False Report of a Crime

Making a false report of a crime is illegal according to section 148.5 of the California Penal Code.

false report of a crime - long beach criminal lawyer
false report of a crime - long beach criminal lawyer

A violation of 148.5 does not occur when a person mistakenly reports a crime. As long as the person acted in good faith on a belief they thought to be true, they have not violated of this statute, even if their report proves incorrect.

Making a false report of a crime is illegal according to section 148.5 of the California Penal Code. The reason for this law’s existence is to prevent the waste of valuable public resources, time, and money, as well as to discourage defamation of the character of innocent persons.

Elements of the offense

For the prosecution to obtain a conviction under 148.5 PC, all of the following elements must be proved beyond a reasonable doubt:

  1. The defendant made a false report of a crime, which they knew to be false.
  2. The report was made to a peace (police) officer, attorney, grand jury member, other court officer, or someone who is designated to accept such reports.

A violation of 148.5 does not occur when a person mistakenly reports a crime. As long as the person acted in good faith on a belief they thought to be true, they have not violated of this statute, even if their report proves incorrect.

It is also worthwhile noting that whether a report is unsolicited or solicited has no bearing on a violation under this statute. An unsolicited report is when an individual takes the initiative to contact law enforcement to make the false report. In contrast, a solicited report is information given to the police when they are conducting an investigation and/or asking questions. Whether the defendant was the one who initially contacted the police or not, falsely alleging that a crime has occurred violates 148.5 PC.

Related offenses

Closely related to this offense are 148.3 PC, falsely reporting an emergency and 148.4 PC, falsely reporting a fire.

148.3 PC (falsely reporting an emergency) covers any false report which results in any of the following:

  • The dispatch of emergency vehicles such as fire engines and/or ambulances.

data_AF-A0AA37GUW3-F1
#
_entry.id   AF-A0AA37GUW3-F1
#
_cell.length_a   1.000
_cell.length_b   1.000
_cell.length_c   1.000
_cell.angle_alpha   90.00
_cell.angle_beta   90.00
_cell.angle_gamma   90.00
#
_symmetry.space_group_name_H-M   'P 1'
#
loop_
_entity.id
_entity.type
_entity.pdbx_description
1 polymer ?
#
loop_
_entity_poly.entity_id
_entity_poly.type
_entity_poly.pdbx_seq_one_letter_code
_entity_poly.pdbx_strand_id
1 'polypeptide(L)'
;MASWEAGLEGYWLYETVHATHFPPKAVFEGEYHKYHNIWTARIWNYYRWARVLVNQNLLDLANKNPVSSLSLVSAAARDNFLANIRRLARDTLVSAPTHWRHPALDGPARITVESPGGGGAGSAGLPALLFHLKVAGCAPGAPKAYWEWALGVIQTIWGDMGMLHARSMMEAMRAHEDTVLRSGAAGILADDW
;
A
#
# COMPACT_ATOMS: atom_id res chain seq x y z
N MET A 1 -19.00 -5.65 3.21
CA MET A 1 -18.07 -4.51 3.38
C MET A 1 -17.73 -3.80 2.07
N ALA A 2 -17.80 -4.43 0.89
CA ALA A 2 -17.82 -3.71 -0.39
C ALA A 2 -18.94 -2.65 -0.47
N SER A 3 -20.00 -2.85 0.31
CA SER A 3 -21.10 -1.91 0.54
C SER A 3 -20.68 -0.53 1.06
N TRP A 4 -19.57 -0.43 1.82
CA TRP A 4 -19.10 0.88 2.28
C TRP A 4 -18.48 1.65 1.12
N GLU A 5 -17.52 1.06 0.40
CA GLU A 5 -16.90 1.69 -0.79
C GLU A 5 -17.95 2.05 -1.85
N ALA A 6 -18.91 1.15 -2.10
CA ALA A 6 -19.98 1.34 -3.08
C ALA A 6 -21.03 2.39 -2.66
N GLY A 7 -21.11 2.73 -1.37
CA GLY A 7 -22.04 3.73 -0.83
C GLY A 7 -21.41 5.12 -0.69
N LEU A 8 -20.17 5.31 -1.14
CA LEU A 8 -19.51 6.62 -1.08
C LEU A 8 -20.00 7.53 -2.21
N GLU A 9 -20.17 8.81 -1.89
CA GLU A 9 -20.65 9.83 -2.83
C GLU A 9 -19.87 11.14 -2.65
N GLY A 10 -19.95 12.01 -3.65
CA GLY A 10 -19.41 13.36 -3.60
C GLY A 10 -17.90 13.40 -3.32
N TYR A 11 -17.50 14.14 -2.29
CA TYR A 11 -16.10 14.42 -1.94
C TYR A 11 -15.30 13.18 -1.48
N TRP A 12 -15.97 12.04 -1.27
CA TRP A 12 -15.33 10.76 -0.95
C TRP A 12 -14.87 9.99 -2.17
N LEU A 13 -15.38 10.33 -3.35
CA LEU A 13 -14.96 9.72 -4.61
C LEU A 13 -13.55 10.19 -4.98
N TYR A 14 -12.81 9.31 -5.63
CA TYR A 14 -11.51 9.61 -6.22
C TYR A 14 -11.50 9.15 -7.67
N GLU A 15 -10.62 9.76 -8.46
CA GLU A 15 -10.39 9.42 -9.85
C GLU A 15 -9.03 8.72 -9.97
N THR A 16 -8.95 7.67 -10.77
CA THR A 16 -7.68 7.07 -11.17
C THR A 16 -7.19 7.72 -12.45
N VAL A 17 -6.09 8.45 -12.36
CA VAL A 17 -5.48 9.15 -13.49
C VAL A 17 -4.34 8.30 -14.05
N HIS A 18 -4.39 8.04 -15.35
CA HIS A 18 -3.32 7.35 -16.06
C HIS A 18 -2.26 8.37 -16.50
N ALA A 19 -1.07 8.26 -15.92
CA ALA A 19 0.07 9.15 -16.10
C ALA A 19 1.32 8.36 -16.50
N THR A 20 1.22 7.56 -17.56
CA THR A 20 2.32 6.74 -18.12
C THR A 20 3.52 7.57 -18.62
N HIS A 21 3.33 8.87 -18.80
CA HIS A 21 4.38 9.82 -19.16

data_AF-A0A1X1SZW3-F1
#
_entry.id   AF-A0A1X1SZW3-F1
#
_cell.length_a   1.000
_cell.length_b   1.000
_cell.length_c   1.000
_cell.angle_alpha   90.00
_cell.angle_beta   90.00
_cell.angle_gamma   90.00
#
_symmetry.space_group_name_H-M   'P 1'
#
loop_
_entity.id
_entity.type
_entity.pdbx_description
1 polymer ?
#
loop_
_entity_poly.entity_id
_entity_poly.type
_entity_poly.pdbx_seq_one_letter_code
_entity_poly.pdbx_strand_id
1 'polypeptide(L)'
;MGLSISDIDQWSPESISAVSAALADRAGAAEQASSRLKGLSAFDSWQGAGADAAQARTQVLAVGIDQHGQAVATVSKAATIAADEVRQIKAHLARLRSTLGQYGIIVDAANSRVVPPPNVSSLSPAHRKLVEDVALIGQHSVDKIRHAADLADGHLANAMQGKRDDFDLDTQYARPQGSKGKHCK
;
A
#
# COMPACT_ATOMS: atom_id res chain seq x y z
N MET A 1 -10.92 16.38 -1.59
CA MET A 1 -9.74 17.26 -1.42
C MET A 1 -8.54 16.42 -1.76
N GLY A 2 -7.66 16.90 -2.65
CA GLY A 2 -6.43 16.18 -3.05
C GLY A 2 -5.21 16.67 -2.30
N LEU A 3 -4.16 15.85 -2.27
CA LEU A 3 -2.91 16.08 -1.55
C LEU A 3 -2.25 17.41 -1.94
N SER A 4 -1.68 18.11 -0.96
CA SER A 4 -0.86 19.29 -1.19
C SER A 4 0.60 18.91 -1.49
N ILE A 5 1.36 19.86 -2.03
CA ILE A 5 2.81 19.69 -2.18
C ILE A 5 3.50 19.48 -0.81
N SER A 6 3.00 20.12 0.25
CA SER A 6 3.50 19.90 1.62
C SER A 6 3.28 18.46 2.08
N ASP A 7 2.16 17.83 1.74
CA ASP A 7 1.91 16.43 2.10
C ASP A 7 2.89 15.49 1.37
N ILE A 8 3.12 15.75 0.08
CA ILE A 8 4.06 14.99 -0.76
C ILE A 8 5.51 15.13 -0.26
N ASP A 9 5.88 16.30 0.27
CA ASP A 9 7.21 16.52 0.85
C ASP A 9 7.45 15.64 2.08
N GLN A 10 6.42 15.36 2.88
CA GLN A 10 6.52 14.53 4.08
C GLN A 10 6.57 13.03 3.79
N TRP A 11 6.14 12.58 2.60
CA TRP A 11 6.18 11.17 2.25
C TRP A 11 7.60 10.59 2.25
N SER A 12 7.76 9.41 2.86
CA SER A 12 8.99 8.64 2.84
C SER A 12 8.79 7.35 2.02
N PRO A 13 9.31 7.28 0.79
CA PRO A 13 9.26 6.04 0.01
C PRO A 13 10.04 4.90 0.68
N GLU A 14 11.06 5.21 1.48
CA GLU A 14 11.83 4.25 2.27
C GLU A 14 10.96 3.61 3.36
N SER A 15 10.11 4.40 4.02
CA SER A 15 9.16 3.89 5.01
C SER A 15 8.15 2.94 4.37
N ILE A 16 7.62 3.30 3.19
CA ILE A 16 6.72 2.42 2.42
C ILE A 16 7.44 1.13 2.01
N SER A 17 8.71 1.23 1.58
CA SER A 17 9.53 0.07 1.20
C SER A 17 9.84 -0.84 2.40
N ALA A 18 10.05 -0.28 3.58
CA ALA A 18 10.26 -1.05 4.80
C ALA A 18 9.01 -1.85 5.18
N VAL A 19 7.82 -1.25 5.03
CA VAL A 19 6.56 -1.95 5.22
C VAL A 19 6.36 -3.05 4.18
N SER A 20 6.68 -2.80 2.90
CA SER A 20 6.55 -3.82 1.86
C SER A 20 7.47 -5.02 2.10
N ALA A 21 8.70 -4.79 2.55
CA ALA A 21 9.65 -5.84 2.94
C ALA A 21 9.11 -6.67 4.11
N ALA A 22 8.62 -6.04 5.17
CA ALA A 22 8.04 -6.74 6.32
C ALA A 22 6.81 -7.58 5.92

• Evacuation of a structure.
  • Triggering an Amber Alert.

148.4 PC (falsely reporting a fire) covers actions such as:

  • False reporting of an actual fire.
  • Triggering a fire alarm without an emergency.
  • Tampering with any fire protection equipment such as fire alarms or extinguishers.

Criminal penalties for false report of a crime

A violation of 148.5 PC is a wobbler, meaning that it can be charged and sentenced as either a felony or a misdemeanor. To make this determination, the prosecutor and judge consider the totality of the circumstances, the facts of the case, the defendant’s motive for making the report, the consequences of the report—if any—and any prior criminal history of the defendant.

In the majority of cases, making a false report of a crime is a misdemeanor that can be punished by any or all of:

  • Up to six months in county jail.
  • A fine of up to $1,000.
  • Probation.
  • Reimbursement for the wasted time and resources of law enforcement and/or emergency medical agencies that responded as a result of the report.

In many cases, probation is given in lieu of incarceration — particularly for first-time offenders – due to California’s overcrowded incarceration system.

If the defendant has one or more prior convictions for making a false report, the prosecution has the option of charging the offense as a felony. Additionally, if the false report caused great bodily injury or death – for example, a police car responding to the report struck and killed a pedestrian – the defendant can be charged with a felony and sentenced to up to three years in prison.

Legal defenses

Anyone accused of false report of a crime should seek advice from a qualified criminal defense attorney. Most legal defenses for this offense center on showing the defendant reasonably believed that an emergency or crime was occurring at the time they made the report. However, the facts and circumstances of every case are different, and only an attorney can provide appropriate legal advice.